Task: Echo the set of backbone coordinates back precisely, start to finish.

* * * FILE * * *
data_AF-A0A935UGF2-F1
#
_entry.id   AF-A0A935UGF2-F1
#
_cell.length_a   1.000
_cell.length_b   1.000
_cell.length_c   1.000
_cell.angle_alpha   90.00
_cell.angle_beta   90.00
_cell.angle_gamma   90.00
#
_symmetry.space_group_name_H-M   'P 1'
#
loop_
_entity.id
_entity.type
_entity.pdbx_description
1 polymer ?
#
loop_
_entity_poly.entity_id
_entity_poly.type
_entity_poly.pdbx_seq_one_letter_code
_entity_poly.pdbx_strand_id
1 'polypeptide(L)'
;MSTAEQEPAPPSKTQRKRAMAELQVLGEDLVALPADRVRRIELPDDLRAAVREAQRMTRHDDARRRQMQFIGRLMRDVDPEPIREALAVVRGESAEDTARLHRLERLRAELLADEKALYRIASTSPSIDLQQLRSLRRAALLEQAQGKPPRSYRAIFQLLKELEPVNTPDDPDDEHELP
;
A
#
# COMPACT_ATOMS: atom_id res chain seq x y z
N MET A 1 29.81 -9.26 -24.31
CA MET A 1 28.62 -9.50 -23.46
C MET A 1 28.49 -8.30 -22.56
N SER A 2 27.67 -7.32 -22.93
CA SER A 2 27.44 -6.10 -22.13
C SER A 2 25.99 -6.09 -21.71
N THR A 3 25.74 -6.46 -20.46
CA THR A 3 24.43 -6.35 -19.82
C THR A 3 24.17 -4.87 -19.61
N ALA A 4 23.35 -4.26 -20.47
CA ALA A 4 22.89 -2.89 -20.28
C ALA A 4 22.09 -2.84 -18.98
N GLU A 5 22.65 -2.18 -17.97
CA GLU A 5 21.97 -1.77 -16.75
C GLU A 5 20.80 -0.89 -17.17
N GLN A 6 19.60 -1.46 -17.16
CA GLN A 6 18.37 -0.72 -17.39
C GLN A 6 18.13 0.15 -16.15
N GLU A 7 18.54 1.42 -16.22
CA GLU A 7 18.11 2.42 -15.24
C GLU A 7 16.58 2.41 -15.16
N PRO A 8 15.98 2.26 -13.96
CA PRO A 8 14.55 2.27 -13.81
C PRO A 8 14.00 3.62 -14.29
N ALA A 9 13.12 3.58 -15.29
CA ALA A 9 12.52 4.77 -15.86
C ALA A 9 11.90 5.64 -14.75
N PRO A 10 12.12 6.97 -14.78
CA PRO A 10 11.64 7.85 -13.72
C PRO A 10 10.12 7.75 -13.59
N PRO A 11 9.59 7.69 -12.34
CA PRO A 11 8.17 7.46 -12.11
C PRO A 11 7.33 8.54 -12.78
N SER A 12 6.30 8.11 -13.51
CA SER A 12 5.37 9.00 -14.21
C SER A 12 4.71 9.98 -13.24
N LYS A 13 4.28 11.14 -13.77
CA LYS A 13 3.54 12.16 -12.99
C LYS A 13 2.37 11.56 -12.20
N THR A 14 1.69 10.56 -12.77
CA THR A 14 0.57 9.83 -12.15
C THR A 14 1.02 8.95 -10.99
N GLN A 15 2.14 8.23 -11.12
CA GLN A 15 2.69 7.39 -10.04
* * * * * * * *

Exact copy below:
data_AF-A0A935UGF2-F1
#
_entry.id   AF-A0A935UGF2-F1
#
_cell.length_a   1.000
_cell.length_b   1.000
_cell.length_c   1.000
_cell.angle_alpha   90.00
_cell.angle_beta   90.00
_cell.angle_gamma   90.00
#
_symmetry.space_group_name_H-M   'P 1'
#
loop_
_entity.id
_entity.type
_entity.pdbx_description
1 polymer ?
#
loop_
_entity_poly.entity_id
_entity_poly.type
_entity_poly.pdbx_seq_one_letter_code
_entity_poly.pdbx_strand_id
1 'polypeptide(L)'
;MSTAEQEPAPPSKTQRKRAMAELQVLGEDLVALPADRVRRIELPDDLRAAVREAQRMTRHDDARRRQMQFIGRLMRDVDPEPIREALAVVRGESAEDTARLHRLERLRAELLADEKALYRIASTSPSIDLQQLRSLRRAALLEQAQGKPPRSYRAIFQLLKELEPVNTPDDPDDEHELP
;
A
#
# COMPACT_ATOMS: atom_id res chain seq x y z
N MET A 1 29.81 -9.26 -24.31
CA MET A 1 28.62 -9.50 -23.46
C MET A 1 28.49 -8.30 -22.56
N SER A 2 27.67 -7.32 -22.93
CA SER A 2 27.44 -6.10 -22.13
C SER A 2 25.99 -6.09 -21.71
N THR A 3 25.74 -6.46 -20.46
CA THR A 3 24.43 -6.35 -19.82
C THR A 3 24.17 -4.87 -19.61
N ALA A 4 23.35 -4.26 -20.47
CA ALA A 4 22.89 -2.89 -20.28
C ALA A 4 22.09 -2.84 -18.98
N GLU A 5 22.65 -2.18 -17.97
CA GLU A 5 21.97 -1.77 -16.75
C GLU A 5 20.80 -0.89 -17.17
N GLN A 6 19.60 -1.46 -17.16
CA GLN A 6 18.37 -0.72 -17.39
C GLN A 6 18.13 0.15 -16.15
N GLU A 7 18.54 1.42 -16.22
CA GLU A 7 18.11 2.42 -15.24
C GLU A 7 16.58 2.41 -15.16
N PRO A 8 15.98 2.26 -13.96
CA PRO A 8 14.55 2.27 -13.81
C PRO A 8 14.00 3.62 -14.29
N ALA A 9 13.12 3.58 -15.29
CA ALA A 9 12.52 4.77 -15.86
C ALA A 9 11.90 5.64 -14.75
N PRO A 10 12.12 6.97 -14.78
CA PRO A 10 11.64 7.85 -13.72
C PRO A 10 10.12 7.75 -13.59
N PRO A 11 9.59 7.69 -12.34
CA PRO A 11 8.17 7.46 -12.11
C PRO A 11 7.33 8.54 -12.78
N SER A 12 6.30 8.11 -13.51
CA SER A 12 5.37 9.00 -14.21
C SER A 12 4.71 9.98 -13.24
N LYS A 13 4.28 11.14 -13.77
CA LYS A 13 3.54 12.16 -12.99
C LYS A 13 2.37 11.56 -12.20
N THR A 14 1.69 10.56 -12.77
CA THR A 14 0.57 9.83 -12.15
C THR A 14 1.02 8.95 -10.99
N GLN A 15 2.14 8.23 -11.12
CA GLN A 15 2.69 7.39 -10.04